Big Network is Watching You
With Enhanced GPS, cell phones will soon be able to pinpoint a user's location down to a specific street address. For users, this new capability—which combines satellite GPS with timing data from the cellular network—will improve directions, mapping and other location-based phone services. Meanwhile, marketers plan to use the data to track consumer preferences, to better target ads and to personalize recommendations shown onscreen. Such accurate GPS data means marketers don't need sales records from retailers to know where people like to shop.
"Some kids might go to Macy's just to ride the escalators," engineering professor John Canny explains. "But if you're at that location for five minutes, the odds are that you're making a purchase or at least considering one." Canny, the Paul and Stacy Jacobs Distinguished Professor of Electrical Engineering and Computer Sciences, joined the faculty in 1987.
While improved recommendations are nice, so is personal privacy, and having some company tracking your every move poses risks, no matter what the information is used for. "The user should become a gatekeeper of his or her own information," Canny says. "It's normal for you to maintain some location history, which can be used to recommend services you'd like; but you don't want the phone to just send data to the service provider unprotected."
With funding from the National Science Foundation and the Center for Information Technology Research in the Interest of Society (CITRIS), Canny is developing a privacy-protection scheme called Ant Club Trails that will let companies personalize your recommendations while preventing them from determining your identity. Like the chemical traces left by ants, the system stores a limited and temporary record of where each mobile phone user has visited. But this information is decoupled from individual identities.
"The service providers can query users about their information, but only in a way that gives aggregated info," Canny explains. "It's something like anonymous ballots. You can count them, but you can't tell how any individual person voted."
From this aggregated info, the user can get personal recommendations, just as they would from Amazon or iTunes. It's the same experience for the user, but the service provider learns less. "They don't know anything about individual mobile phone users," Canny continues, "but they learn just enough to provide the recommendation services that drive sales for them."
To conceal people's identities, the system uses linear algebra to distill user behavior into a limited set of "archetypes," each of which represents a set of preferences that tend to correlate. The archetypes are derived purely mathematically, but they tend to make intuitive sense. As Canny explains, "When you generate archetypes for movie preferences, which Netflix does for example, they tend to correlate the way you might expect. One archetype will like all the action movies, for example."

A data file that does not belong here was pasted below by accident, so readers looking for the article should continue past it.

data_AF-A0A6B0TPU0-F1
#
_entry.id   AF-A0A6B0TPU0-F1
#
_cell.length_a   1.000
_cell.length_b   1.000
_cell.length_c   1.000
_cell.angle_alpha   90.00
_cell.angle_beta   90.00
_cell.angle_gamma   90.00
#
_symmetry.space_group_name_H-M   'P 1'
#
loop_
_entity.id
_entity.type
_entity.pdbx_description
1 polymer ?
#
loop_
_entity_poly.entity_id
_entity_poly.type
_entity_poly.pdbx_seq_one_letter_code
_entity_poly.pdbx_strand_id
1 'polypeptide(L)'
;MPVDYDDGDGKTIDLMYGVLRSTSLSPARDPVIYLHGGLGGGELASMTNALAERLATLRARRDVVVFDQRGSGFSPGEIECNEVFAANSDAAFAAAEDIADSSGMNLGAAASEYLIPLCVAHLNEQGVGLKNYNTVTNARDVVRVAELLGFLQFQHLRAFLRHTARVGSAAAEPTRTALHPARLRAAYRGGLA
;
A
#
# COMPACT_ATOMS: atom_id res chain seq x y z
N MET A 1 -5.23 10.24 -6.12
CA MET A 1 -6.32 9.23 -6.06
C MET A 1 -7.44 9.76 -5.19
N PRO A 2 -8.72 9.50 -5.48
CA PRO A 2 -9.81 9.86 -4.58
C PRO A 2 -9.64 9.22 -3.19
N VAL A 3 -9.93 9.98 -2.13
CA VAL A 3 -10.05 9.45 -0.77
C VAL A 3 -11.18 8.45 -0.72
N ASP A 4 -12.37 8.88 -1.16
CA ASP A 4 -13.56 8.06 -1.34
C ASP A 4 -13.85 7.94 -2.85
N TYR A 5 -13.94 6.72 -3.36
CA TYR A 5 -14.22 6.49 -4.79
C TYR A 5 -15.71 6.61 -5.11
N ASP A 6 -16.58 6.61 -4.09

Once the archetypes have been calculated, each user can be represented by how closely they match each archetype by a short string of numbers. The system can generate effective recommendations using these numbers but can't use them to re-create a specific history or determine an identity.
Translating user histories into archetypes compresses the data enormously, which makes it faster and easier for the network to handle. It also shields service providers from the possible complications of having potential evidence. "Most companies want to decrease their archiving load and avoid subpoena of their data, which is expensive and messy," says Canny.
In addition to location data, cell phones and other mobile devices are loaded with other personal information like call logs, contacts, datebooks and family photos, which you might not want a company to have—let alone any stalker or criminal who might gain access it. In an era of ubiquitous personal devices and wireless communication, privacy-protection systems like Ant Club Trails must be built into the architecture of systems from the very beginning. Otherwise the door will be open for privacy intrusion by companies, governments or hackers.
At the multidisciplinary Berkeley Institute of Design (BiD), Canny and other researchers, including his Ph.D. student Yitao Duan, work and run experiments in their "smart room testbed," a privacy-challenging environment filled with microphones, cameras and wireless hubs that rivals even the most wired airports, malls and casinos. See those microphones? Canny notes that software recently developed at Georgia Tech can diagnose depression with 95 percent accuracy from a five-minute sample of someone's speech. "And I think we can do better," he adds. See those cameras? Canny explains that face recognition technology isn't powerful enough yet to identify people if there are thousands of possible matches; but, with a pool of possibilities the size of a typical cell phone contact list, it can recognize faces in stills or video.
This summer, the BiD will move into its new home on the fourth floor of the new CITRIS headquarters building, which officially opens February 27.
"Privacy is a basic right, but companies hold all the cards," Canny summarizes. "They design the software and hardware, they manage all the data, and users don't have enough information to understand the risks. All you can do is click ‘Yes.’"